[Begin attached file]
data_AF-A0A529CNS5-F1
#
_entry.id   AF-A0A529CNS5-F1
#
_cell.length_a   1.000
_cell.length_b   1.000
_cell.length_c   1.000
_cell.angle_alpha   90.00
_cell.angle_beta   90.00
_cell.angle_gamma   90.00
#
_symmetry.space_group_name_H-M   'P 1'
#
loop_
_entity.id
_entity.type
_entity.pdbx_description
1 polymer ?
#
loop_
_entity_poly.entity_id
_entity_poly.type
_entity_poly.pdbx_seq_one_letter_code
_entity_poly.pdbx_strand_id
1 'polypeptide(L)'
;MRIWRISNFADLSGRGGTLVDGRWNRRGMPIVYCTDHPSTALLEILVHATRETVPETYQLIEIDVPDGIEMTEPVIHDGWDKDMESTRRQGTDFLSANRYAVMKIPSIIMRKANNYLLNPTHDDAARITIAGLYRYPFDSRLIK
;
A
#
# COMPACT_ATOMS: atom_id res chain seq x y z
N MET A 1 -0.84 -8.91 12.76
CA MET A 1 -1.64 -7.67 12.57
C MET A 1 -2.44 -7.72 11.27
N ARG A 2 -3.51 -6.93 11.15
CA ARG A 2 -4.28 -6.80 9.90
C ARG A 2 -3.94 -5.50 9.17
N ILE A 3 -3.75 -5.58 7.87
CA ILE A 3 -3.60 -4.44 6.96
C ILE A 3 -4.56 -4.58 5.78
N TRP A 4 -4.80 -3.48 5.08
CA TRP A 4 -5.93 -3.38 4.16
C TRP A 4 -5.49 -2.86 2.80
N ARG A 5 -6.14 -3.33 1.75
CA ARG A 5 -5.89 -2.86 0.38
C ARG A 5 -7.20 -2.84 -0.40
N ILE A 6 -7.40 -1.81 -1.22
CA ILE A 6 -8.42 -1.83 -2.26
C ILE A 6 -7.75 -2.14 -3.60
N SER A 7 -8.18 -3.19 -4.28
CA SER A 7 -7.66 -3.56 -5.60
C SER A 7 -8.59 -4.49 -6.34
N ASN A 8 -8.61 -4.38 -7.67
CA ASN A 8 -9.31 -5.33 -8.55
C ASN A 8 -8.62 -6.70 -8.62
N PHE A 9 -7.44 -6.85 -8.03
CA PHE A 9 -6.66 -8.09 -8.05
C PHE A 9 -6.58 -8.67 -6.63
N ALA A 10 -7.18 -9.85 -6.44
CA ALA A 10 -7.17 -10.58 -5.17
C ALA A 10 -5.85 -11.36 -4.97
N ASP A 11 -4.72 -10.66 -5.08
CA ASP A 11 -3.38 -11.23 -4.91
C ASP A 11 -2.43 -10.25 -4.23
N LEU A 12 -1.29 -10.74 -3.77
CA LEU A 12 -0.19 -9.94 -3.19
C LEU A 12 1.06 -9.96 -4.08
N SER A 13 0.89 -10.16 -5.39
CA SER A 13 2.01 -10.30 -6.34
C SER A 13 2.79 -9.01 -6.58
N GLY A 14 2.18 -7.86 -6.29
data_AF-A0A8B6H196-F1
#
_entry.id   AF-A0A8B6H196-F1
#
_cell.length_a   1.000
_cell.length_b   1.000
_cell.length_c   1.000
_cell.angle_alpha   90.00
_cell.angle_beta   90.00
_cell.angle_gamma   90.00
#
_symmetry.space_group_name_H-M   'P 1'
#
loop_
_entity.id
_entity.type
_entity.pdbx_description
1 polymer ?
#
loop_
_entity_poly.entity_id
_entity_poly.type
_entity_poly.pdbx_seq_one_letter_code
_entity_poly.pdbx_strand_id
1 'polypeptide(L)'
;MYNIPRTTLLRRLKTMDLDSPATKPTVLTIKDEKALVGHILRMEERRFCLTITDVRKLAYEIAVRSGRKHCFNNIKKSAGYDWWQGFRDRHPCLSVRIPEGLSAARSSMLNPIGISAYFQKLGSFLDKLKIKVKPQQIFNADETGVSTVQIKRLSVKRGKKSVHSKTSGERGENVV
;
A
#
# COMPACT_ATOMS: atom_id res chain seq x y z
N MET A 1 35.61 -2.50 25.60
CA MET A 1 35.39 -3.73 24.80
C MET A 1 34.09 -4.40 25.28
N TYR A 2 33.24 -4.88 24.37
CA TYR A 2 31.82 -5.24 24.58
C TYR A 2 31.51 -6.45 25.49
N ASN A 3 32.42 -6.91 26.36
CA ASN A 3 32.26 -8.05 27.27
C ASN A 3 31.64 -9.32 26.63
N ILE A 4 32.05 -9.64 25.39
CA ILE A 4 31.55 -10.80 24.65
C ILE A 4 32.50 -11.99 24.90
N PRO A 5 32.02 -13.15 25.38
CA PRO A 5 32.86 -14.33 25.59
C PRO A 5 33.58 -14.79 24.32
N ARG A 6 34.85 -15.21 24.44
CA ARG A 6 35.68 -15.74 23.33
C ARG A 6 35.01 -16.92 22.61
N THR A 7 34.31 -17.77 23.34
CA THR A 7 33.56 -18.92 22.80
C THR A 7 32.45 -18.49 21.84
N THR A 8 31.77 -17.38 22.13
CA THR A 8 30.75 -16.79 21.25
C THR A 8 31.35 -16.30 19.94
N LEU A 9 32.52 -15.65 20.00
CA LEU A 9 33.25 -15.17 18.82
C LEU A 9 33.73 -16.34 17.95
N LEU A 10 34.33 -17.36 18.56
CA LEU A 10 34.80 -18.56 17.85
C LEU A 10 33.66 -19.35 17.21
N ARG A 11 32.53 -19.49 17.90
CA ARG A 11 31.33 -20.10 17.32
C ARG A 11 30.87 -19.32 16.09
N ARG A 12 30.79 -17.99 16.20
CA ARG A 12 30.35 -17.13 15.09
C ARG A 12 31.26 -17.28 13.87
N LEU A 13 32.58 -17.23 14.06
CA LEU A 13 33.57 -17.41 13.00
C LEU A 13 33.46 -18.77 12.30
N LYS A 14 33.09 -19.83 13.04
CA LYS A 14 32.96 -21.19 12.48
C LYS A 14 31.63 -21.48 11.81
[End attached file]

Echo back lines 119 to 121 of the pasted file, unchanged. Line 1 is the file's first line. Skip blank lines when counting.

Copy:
N THR A 7 34.31 -17.77 23.34
CA THR A 7 33.56 -18.92 22.80
C THR A 7 32.45 -18.49 21.84